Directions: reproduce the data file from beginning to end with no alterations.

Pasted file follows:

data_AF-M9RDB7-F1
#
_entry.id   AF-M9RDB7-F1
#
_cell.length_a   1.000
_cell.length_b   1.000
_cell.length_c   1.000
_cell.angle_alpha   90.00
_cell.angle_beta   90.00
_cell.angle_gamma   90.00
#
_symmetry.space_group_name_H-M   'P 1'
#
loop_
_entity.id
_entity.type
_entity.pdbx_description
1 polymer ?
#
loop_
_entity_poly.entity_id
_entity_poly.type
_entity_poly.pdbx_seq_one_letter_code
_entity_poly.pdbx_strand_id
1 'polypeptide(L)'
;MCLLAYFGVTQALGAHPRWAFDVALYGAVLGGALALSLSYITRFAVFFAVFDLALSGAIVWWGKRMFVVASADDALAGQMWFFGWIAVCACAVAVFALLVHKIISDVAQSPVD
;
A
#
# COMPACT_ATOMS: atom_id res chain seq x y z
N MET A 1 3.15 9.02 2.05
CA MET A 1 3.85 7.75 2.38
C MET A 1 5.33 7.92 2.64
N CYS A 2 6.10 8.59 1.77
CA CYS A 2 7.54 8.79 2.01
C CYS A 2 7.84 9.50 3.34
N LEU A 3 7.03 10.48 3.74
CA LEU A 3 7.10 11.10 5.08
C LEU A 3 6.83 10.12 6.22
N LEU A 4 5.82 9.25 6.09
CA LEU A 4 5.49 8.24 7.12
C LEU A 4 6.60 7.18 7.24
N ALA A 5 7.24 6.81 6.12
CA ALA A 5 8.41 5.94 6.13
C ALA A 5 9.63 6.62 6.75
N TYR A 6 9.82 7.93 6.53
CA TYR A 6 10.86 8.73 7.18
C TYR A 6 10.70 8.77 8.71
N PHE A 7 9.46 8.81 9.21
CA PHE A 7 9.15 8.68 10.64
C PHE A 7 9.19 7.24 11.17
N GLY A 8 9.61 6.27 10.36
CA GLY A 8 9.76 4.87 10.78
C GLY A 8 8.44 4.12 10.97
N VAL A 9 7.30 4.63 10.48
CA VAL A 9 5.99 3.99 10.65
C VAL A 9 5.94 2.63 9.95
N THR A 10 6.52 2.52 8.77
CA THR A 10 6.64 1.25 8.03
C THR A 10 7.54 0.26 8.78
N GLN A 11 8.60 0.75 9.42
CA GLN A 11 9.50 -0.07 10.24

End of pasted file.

data_AF-M9RDB7-F1
#
_entry.id   AF-M9RDB7-F1
#
_cell.length_a   1.000
_cell.length_b   1.000
_cell.length_c   1.000
_cell.angle_alpha   90.00
_cell.angle_beta   90.00
_cell.angle_gamma   90.00
#
_symmetry.space_group_name_H-M   'P 1'
#
loop_
_entity.id
_entity.type
_entity.pdbx_description
1 polymer ?
#
loop_
_entity_poly.entity_id
_entity_poly.type
_entity_poly.pdbx_seq_one_letter_code
_entity_poly.pdbx_strand_id
1 'polypeptide(L)'
;MCLLAYFGVTQALGAHPRWAFDVALYGAVLGGALALSLSYITRFAVFFAVFDLALSGAIVWWGKRMFVVASADDALAGQMWFFGWIAVCACAVAVFALLVHKIISDVAQSPVD
;
A
#
# COMPACT_ATOMS: atom_id res chain seq x y z
N MET A 1 3.15 9.02 2.05
CA MET A 1 3.85 7.75 2.38
C MET A 1 5.33 7.92 2.64
N CYS A 2 6.10 8.59 1.77
CA CYS A 2 7.54 8.79 2.01
C CYS A 2 7.84 9.50 3.34
N LEU A 3 7.03 10.48 3.74
CA LEU A 3 7.10 11.10 5.08
C LEU A 3 6.83 10.12 6.22
N LEU A 4 5.82 9.25 6.09
CA LEU A 4 5.49 8.24 7.12
C LEU A 4 6.60 7.18 7.24
N ALA A 5 7.24 6.81 6.12
CA ALA A 5 8.41 5.94 6.13
C ALA A 5 9.63 6.62 6.75
N TYR A 6 9.82 7.93 6.53
CA TYR A 6 10.86 8.73 7.18
C TYR A 6 10.70 8.77 8.71
N PHE A 7 9.46 8.81 9.21
CA PHE A 7 9.15 8.68 10.64
C PHE A 7 9.19 7.24 11.17
N GLY A 8 9.61 6.27 10.36
CA GLY A 8 9.76 4.87 10.78
C GLY A 8 8.44 4.12 10.97
N VAL A 9 7.30 4.63 10.48
CA VAL A 9 5.99 3.99 10.65
C VAL A 9 5.94 2.63 9.95
N THR A 10 6.52 2.52 8.77
CA THR A 10 6.64 1.25 8.03
C THR A 10 7.54 0.26 8.78
N GLN A 11 8.60 0.75 9.42
CA GLN A 11 9.50 -0.07 10.24